Pindar. Arnson Svarlien, Diane, translator. Created for the Perseus Project, 1990.

  1. As it is, Euphemus shall find in the beds of foreign women a chosen race, who, with the honor of the gods, will come to this island and beget a man who will be master of the dark-clouded plains; whom one day Phoebus, in his home rich in gold, will mention in his oracles
  2. when he goes into the Pythian shrine at a later time; Phoebus will tell him to carry cities in his ships to the fertile precinct of the son of Cronus beside the Nile.” Indeed, these were the oracular verses of Medea. And the godlike heroes bowed down motionless and in silence, listening to her shrewd words of wisdom. Battus, blessed son of Polymnestus, it was you that, in accord with this word of prophecy,
  3. the oracle glorified by the spontaneous cry of the Delphic Bee, who three times loudly bid you hail, and declared that you were the destined king of Cyrene,
  4. when you came to ask the oracle what relief the gods would grant you for your stammering voice. And even now, in later days, as in the prime of red-blossoming spring,
  5. eighth in the line of Battus’ descendants flourishes Arcesilas. To him Apollo and Pytho gave glory in the chariot race above those that live around. I will offer him, and the all-golden fleece of the ram, to the Muses as a theme for song. For when the Minyans sailed after that fleece, divinely-sent honors were planted for his race.
  6. What beginning of their seafaring welcomed them? What danger bound them with strong bolts of adamant? There was a divine prophecy that Pelias would be killed by the illustrious descendants of Aeolus, either at their hands or through their unflinching counsels; and an oracle came to him that chilled his shrewd spirit, spoken beside the central navel of well-wooded mother earth:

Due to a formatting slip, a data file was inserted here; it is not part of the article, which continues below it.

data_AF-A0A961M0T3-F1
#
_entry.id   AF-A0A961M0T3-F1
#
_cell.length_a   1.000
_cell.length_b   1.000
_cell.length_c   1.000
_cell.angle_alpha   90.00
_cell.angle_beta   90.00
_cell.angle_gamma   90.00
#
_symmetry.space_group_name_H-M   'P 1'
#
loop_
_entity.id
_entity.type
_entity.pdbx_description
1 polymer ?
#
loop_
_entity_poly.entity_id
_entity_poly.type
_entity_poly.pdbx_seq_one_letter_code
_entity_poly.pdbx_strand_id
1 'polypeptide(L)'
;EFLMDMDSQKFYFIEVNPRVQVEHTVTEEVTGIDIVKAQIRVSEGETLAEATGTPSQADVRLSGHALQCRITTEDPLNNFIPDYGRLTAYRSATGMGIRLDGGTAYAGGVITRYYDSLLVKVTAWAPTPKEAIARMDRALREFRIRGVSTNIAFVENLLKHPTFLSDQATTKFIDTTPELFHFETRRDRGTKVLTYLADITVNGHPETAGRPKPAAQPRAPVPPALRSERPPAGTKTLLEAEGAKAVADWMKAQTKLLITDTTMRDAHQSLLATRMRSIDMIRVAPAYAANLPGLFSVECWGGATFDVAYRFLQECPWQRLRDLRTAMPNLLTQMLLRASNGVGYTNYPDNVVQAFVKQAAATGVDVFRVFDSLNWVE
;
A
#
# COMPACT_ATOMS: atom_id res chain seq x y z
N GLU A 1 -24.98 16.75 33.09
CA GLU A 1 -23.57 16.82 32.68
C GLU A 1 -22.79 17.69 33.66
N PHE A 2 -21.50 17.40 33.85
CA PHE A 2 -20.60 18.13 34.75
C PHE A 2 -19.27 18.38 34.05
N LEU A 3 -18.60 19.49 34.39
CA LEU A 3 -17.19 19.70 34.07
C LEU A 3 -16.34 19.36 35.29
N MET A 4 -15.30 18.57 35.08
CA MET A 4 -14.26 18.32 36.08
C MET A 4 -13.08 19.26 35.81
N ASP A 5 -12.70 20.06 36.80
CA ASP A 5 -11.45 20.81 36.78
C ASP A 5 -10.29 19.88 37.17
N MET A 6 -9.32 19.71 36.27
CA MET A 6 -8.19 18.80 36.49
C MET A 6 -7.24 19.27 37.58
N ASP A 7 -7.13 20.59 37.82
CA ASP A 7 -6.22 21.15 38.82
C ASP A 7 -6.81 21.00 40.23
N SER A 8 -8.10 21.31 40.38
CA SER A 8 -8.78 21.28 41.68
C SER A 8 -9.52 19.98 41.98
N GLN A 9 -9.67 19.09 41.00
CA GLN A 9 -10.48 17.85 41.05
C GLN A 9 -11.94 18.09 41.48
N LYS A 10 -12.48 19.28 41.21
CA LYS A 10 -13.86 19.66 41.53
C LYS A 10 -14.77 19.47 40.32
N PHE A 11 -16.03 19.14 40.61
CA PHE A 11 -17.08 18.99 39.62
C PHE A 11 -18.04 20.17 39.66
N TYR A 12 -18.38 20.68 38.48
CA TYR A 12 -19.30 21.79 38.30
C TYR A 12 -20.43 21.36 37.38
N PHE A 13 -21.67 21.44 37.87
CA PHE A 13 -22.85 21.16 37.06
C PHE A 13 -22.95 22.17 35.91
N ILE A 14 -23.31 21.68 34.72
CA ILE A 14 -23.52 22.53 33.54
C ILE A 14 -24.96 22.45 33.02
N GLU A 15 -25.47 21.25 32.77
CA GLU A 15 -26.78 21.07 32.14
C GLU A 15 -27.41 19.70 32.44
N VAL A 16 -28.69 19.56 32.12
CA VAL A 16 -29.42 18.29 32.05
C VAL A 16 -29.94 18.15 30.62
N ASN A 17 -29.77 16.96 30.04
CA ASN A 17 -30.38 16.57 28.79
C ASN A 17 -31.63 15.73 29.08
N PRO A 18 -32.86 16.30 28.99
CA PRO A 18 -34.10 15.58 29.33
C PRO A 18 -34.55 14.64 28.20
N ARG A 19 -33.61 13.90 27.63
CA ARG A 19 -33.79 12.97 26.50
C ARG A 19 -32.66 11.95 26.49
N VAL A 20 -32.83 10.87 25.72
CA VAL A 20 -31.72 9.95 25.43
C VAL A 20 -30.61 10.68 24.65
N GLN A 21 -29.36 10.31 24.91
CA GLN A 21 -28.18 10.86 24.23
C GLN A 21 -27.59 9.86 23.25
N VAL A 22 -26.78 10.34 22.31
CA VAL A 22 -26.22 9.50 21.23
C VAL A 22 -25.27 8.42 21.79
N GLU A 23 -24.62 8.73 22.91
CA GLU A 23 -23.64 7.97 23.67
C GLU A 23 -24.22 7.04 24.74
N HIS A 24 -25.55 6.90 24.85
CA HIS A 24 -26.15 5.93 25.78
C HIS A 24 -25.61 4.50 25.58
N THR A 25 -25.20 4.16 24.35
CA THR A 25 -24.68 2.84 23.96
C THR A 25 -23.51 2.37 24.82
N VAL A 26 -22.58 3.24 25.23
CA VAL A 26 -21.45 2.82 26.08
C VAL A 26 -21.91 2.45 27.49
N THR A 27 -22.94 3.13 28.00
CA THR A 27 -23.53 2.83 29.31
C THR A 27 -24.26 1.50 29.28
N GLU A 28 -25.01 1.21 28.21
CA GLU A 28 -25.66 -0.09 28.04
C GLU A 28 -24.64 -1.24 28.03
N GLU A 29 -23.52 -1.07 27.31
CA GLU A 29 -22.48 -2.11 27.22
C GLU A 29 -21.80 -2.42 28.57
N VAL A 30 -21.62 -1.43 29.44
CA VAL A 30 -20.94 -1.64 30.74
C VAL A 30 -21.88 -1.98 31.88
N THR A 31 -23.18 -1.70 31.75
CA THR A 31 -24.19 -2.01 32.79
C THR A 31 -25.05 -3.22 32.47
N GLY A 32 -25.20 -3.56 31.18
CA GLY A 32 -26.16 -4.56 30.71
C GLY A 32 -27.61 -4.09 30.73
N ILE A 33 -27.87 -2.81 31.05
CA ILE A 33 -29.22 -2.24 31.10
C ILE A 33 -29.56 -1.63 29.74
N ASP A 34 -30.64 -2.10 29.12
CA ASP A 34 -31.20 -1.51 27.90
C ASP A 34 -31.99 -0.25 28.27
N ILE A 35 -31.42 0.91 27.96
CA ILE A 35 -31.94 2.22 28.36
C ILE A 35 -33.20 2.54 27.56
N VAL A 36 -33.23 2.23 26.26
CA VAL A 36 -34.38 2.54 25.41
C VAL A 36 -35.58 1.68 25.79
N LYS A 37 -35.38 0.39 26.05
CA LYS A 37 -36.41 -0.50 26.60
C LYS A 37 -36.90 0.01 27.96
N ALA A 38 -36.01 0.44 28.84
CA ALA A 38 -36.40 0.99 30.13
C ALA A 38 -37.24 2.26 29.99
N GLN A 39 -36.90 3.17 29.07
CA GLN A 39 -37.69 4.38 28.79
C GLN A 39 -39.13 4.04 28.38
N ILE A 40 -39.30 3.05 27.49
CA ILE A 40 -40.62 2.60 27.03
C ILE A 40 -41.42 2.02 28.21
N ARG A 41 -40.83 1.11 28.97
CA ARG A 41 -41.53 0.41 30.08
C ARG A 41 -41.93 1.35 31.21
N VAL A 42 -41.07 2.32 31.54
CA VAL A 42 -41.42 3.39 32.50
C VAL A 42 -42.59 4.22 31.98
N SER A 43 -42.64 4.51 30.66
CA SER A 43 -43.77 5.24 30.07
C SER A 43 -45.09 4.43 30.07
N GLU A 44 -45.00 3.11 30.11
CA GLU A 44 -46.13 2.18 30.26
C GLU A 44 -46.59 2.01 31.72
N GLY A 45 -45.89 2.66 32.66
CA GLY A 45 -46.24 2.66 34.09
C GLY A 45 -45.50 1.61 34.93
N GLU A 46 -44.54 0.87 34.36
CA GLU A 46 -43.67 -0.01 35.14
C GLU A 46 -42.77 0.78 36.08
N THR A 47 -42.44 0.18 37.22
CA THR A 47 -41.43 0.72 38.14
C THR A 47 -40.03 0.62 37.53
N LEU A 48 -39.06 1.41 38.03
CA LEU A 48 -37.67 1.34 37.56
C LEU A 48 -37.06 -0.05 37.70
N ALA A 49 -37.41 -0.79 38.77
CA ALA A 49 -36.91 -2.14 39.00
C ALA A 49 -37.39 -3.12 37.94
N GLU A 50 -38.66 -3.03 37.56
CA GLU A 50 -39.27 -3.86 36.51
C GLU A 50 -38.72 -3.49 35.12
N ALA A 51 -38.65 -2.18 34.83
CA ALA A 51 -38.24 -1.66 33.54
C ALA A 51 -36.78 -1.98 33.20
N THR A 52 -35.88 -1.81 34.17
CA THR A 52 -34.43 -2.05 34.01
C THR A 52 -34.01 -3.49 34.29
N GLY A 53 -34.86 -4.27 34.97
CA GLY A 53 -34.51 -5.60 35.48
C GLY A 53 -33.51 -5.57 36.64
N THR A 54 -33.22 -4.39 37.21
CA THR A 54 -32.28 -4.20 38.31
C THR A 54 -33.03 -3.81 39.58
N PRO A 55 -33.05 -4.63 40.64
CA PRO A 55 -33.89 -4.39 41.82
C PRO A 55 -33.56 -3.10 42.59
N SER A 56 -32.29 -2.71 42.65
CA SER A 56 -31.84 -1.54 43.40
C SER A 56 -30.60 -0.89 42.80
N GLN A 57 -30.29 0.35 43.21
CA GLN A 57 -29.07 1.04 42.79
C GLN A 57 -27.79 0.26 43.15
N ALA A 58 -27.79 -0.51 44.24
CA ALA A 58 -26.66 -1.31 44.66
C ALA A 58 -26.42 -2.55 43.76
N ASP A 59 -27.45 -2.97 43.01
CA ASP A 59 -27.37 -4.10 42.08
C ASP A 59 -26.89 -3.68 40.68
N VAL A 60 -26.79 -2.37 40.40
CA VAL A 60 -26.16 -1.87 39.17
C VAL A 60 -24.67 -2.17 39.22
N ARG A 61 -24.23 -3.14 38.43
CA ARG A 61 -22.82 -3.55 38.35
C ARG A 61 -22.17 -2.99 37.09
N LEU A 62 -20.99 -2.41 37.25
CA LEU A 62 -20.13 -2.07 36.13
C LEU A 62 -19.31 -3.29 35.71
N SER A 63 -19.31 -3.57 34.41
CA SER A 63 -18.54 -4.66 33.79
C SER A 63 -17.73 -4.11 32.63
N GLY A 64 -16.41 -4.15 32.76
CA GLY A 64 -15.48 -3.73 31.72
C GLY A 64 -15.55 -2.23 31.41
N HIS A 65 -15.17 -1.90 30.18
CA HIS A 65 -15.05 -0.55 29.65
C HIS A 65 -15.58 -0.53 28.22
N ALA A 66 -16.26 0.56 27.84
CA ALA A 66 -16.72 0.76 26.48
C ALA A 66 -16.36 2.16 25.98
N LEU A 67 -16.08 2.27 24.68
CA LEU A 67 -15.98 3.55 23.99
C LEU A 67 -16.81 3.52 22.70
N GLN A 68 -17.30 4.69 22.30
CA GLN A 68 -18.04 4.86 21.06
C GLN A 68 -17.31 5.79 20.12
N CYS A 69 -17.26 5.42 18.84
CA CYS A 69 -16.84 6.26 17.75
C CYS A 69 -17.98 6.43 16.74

7. to be on careful guard in every way against a man with one sandal, whenever he should come from the homesteads in the steep mountains to the sunny land of famous Iolcus,
  8. whether he be stranger or citizen. And in time he arrived: an awesome man armed with two spears. He wore two different types of clothing:
  9. his native Magnesian dress fitted to his marvellous limbs, and a leopard-skin wrapped around him protected him from shivering showers. His splendid locks of hair had not been cut away, but flowed shining down his back. He quickly went straight ahead, making trial of his dauntless [*](Reading with Snell and MSS ἀταρβάκτοιο for ἀταρμύκτοιο. ) spirit, and stood
  10. in the marketplace crowded with people.
  11. They did not recognize him. Nevertheless, one of the awed onlookers said even this: “Surely this is not Apollo, nor Ares, the husband of Aphrodite, with his bronze chariot. And they say that the sons of Iphimedeia—Otus and you, bold lord Ephialtes—died in splendid Naxos.
  12. And indeed Tityus was hunted down by the swift arrow of Artemis, which she sped from her unconquerable quiver, so that men might desire to touch only the loves that are within their reach.”
  13. They said such things among themselves; and Pelias arrived, rushing headlong with his mule team and his polished chariot.
  14. He was instantly astonished, looking at the single sandal, plain to see on the stranger’s right foot. But he hid his fear in his heart and said: “What country, stranger, do you claim as your fatherland? And what woman, of mortals on earth, bore you from her aged womb? Do not befoul your story with most hateful lies,
  15. but tell me of your birth.”